When journalism is a bad word
My mother was furious when I joined A&M magazine, right after my MBA. In November 1992 my starting salary as a correspondent was Rs 2,500, less than half of what freshly minted MBAs were making then. It was measly even by the standards of those times. My mum pointed out, rightly, that in a short time I could have had a house and a car if I joined an FMCG or better still a foreign bank — a dream job in 1992. It was technically pre-liberalisation; so all the goodies of an open economy from Coca-Cola to private banks and lots of jobs hadn’t been unleashed.
With better options available, why join a small magazine’s Mumbai branch as a reporter?
I had no idea. It was perhaps the thought of writing (a strength through academic years) or the thought of using my marketing degree to write about advertising and marketing. My point was there was no harm in giving it a shot. Within the first week on the job, I fell in love with it. I enjoyed (and still do) the research, the meeting with different people and reading up tomes on a subject and then trying to make sense of it in 500 words or 1,000 words. The sheer variety, the opportunity to learn about different things, places, the exposure to the world and the satisfaction of a story well-done, has never left me in two decades as a business journalist. It is one of the best ways of recording contemporary history and therefore be part of it. As luck would have it, business journalism in particular, pays very well. So mum’s complaints too got addressed.
It has been a good run and except for a brief stint as a consultant with Ernst & Young, I have been a professional journalist for most of the last two decades. And have been very proud to be one.
That is why the current mood of pessimism around journalists, the atmosphere of suspicion around media is upsetting. A new report from Transparency International says that 41 per cent of the respondents surveyed in India, thought media here is corrupt. We are better than the police, judiciary or other bodies though. Almost every major film now lampoons journalists or the media. Madhuri Dixit dancing to “TV pe breaking news hai mera ghagra,” (my skirt is the breaking news on television) in Yeh Jawaani hai Deewani is the latest. Not just surveys and popular films, even in reality there is suspicion all around and motives are attached to anything, however innocuous.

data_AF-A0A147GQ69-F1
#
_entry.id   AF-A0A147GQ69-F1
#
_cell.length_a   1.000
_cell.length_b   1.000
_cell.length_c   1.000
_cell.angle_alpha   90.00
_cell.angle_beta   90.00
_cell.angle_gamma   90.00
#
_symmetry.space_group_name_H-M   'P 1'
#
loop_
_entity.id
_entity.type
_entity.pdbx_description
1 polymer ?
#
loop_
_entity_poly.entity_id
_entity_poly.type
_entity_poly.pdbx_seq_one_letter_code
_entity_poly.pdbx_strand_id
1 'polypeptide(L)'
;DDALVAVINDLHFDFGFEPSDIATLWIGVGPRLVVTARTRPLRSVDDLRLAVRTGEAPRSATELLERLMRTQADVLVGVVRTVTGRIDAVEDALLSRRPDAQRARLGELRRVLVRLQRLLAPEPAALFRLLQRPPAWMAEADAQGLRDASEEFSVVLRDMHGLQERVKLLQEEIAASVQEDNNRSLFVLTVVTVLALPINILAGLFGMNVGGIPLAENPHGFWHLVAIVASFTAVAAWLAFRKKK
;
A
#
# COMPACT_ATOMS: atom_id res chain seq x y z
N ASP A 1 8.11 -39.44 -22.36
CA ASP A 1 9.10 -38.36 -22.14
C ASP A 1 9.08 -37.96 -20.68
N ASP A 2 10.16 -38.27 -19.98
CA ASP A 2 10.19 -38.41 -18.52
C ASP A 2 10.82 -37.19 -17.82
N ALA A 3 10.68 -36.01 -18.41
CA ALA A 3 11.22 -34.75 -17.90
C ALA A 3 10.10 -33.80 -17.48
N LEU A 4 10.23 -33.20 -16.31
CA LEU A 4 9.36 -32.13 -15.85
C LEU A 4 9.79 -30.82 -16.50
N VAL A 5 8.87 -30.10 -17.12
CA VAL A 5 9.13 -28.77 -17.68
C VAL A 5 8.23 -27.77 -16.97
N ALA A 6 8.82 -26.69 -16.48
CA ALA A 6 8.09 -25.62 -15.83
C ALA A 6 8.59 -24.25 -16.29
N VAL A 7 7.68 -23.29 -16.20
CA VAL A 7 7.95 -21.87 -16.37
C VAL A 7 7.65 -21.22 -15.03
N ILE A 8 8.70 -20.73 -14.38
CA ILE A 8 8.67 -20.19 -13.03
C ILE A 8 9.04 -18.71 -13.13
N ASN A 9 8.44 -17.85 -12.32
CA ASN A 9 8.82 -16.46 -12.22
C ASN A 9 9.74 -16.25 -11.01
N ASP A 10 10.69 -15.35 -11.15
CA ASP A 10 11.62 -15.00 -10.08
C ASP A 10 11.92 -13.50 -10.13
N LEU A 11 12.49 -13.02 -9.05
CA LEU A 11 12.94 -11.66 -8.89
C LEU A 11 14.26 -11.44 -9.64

Recently a column on corruption in media brought in a huge amount of response from the industry. Some said it was a good thing to bring out, others questioned my judgement of the extent of the problem and so on. Much of this was the healthy debate that anything one writes or analyses raises. But some simply attacked me. One person said that I had written the piece with a view to getting better rates for the paper for which I had done that column. And not just me, there is air that almost everyone is on the take. In the park where I take my son in the evenings where mums discussing films, routinely assume that film critics are all in the pay of production companies since they praise and criticise the wrong films. Nothing it seems can be an honest mistake or just bad judgement. Everything is deliberate.
This cynicism seems misplaced. Professional journalism is still one of the best places to be in from a job satisfaction perspective. It is a liberal work atmosphere, there is hardly any chamchagiri and generally if you are good you move ahead. At least business journalism has done that for me and dozens of people I have worked with. This is something I tell young people while teaching at mass communication schools.
How then do we tackle the taint that this profession has now attracted?
The fault lies not with the corrupt or bad media owners, publishers, editors and journalists. They have been discussed, debated and analysed to bits. It lies with the good editors, publishers and journalists. Why do they keep quiet? Can we have a Michelin star for media brands that train their journalists well, don’t entertain paid news and don’t have dodgy ownership? Can there be a rating agency that tells you this media brand is 100 per cent credible? The trouble is everyone will start suspecting the agency of fixing the ratings. This erosion of credibility, the basic currency of this business, is to my mind media’s biggest crisis ever. It will hurt everyone in the long run. But most of all it will hurt the talent pool this profession attracts. If that changes from enthusiastic young people who want to get into the profession for the right reasons, to ones who just want to exploit it a la politics, then we are in for a really tough time. Maybe I should have listened to my mum.
The writer is a media specialist and author. Follow her on twitter at http://twitter.com/vanitakohlik